I also feel a call to get out of myself more and visit the sick and elderly. I tend to be an introvert – one person here called me a hermit. But when I do visit I find myself being consoled, even as I try to console the sick. Being present to them in their need and, at times, helplessness opens me to the consolation which Christ offers to me. Being able to bring them Christ in the Eucharist is a privilege that cuts through any notion of rote in terms of communion and assisting at Mass. It also reminds me that Christ loves to be present with the people in times of distress.

Taking communion to the parents of Juan Ángel. He died a few months later of pneumonia.
I also find myself reflecting more on the relation of the deacon to the Blood of Christ and the witness of the martyrs. The deacon is, in a special way, the minister of the chalice, the Blood of Christ. After my ordination I have asked our pastor to allow me to hold the chalice when we distribute Communion by intinction – even if an extraordinary minister is distributing the Host. This has been our custom; I am there to hold the Blood of Christ so that it may be shared with others (and by others.)

The Blood of Christ reminds of a very specific call. When I raise the chalice at the end of the Eucharistic prayer, I often feel the call to give my life, my blood, for God’s people – not necessarily being martyred, but definitely by pouring myself out for the people, especially the poor. Recently at a Mass at which Padre German recalled the witness of the bishop martyrs Monseñor Romero and Monseñor Gerardi, I felt tears well up within me as I raised the chalice. Am I willing to give my life every day for God’s people, especially those endangered by poverty and violence?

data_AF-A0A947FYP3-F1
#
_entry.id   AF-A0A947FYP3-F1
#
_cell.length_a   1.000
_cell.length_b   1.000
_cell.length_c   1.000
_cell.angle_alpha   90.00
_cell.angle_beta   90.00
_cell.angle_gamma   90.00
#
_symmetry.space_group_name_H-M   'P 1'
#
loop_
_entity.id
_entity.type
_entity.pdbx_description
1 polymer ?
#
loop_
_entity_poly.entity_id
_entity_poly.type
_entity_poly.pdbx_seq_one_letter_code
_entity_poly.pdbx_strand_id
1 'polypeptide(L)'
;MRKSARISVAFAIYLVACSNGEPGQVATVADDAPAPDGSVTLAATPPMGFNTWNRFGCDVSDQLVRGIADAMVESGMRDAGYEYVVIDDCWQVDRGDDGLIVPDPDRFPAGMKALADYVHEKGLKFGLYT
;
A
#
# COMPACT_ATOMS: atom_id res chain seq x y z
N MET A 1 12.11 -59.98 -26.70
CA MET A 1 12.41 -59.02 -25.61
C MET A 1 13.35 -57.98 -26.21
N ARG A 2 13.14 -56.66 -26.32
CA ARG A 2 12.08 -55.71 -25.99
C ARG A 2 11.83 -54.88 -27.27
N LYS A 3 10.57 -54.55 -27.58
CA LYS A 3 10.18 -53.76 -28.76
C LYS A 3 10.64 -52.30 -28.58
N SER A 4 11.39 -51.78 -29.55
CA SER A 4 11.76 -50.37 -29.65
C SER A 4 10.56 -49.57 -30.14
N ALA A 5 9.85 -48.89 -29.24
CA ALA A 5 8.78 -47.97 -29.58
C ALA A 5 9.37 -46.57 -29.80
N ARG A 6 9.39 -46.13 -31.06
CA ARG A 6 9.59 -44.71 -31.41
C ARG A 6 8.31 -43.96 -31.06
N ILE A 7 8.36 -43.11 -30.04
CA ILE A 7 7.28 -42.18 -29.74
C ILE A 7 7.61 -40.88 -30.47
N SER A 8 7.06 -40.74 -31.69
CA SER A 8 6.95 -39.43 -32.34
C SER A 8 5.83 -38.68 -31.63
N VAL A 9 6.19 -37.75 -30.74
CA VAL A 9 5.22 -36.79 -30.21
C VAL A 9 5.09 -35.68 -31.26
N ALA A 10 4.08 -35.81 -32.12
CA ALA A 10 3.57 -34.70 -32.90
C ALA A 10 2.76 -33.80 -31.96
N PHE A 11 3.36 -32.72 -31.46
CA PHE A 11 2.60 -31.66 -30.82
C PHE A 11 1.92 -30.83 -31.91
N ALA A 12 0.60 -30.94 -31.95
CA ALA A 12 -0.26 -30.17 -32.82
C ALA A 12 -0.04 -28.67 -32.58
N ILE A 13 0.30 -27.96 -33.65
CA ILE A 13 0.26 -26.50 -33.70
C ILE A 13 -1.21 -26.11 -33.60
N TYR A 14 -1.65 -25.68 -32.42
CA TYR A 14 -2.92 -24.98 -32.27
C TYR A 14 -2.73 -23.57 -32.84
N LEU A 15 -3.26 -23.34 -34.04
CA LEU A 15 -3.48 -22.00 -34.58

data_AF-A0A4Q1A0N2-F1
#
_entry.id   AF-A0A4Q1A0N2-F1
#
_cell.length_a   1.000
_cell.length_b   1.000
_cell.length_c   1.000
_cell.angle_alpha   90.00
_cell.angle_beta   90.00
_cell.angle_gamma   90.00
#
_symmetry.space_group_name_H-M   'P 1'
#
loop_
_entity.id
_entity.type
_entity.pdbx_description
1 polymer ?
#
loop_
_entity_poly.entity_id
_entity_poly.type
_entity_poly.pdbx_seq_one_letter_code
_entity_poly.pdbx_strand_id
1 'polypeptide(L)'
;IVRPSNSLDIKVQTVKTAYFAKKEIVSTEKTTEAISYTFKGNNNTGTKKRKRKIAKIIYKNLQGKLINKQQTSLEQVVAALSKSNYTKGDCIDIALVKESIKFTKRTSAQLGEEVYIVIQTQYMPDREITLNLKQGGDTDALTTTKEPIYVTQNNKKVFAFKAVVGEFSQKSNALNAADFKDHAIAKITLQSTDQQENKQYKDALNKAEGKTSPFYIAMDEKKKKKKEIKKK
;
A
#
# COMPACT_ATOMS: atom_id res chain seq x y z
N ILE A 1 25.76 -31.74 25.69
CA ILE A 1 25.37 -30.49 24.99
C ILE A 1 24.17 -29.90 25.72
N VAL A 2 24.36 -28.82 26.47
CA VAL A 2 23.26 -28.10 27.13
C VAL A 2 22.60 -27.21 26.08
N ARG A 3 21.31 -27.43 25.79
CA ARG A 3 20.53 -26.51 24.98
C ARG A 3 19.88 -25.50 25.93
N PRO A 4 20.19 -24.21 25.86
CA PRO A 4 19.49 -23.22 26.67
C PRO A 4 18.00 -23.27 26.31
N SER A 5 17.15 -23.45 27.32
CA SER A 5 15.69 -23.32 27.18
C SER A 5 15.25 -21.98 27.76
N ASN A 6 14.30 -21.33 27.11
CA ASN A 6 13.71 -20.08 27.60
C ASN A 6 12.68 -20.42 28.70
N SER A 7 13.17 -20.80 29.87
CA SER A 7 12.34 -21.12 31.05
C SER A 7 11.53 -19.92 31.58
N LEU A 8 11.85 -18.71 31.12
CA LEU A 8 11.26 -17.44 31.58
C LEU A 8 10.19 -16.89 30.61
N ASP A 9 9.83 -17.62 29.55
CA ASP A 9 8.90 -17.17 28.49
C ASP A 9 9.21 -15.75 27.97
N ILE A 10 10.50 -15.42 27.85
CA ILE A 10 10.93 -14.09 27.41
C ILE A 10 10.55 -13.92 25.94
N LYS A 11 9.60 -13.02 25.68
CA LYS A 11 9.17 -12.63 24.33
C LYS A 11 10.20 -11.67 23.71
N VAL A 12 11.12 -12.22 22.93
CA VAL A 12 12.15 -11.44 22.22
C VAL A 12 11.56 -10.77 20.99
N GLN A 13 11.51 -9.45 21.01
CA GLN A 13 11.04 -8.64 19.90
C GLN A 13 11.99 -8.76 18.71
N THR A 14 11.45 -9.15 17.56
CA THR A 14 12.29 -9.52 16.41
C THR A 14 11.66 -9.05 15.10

I find myself being called to be more available, disponible – to use the phrase of Gabriel Marcel. I need to be more open to others’ needs, especially when I am preoccupied with my concerns, my comfort, my convenience. I was moved and challenged when I heard of a Salvadoran permanent deacon who is working in gang-ridden neighborhoods in Tegucigalpa, Honduras. I feel so small and cowardly when I think of his openness, his availability, his risking his life for people on the margins.

Related to this, I find even more joy in just being here, accompanying the people – whether it be at a church event or when I’m working in the parish coffee field with other people or helping dig a ditch in Plan Grande. 

This provides me a chance to get to know people on a more personal level. It also gives me the opportunity challenge people. I don’t know how many young people I have urged to get married in the church. I used to do it before I was ordained, but now I tell them that I could preside at their marriage! What is a real gift is that I can do this in a way that doesn’t make them feel demeaned. Many of them even get the serious aspect of my challenge, especially in a very light way.

Preaching is at times a challenge – especially when I try to get the right words in Spanish to express what I am thinking. At other times a message comes to me that I would have never thought of – pure inspiration from the Spirit. At times, though I have prepared a text, something happens and I am able to connect it more directly with the people at the moment of preaching. Other times, I start preaching and don’t really have to think about what I’m saying. I do, however, try to preach for less than ten minutes and to get to the point as clearly as possible.

Preparing for preaching has at times been filled with blessings. I often read the Sunday readings a week before and then try to let the readings penetrate my heart. At times I have something prepared but when I wake up I spend a few minutes in bed thinking of the readings – and a new message comes to me.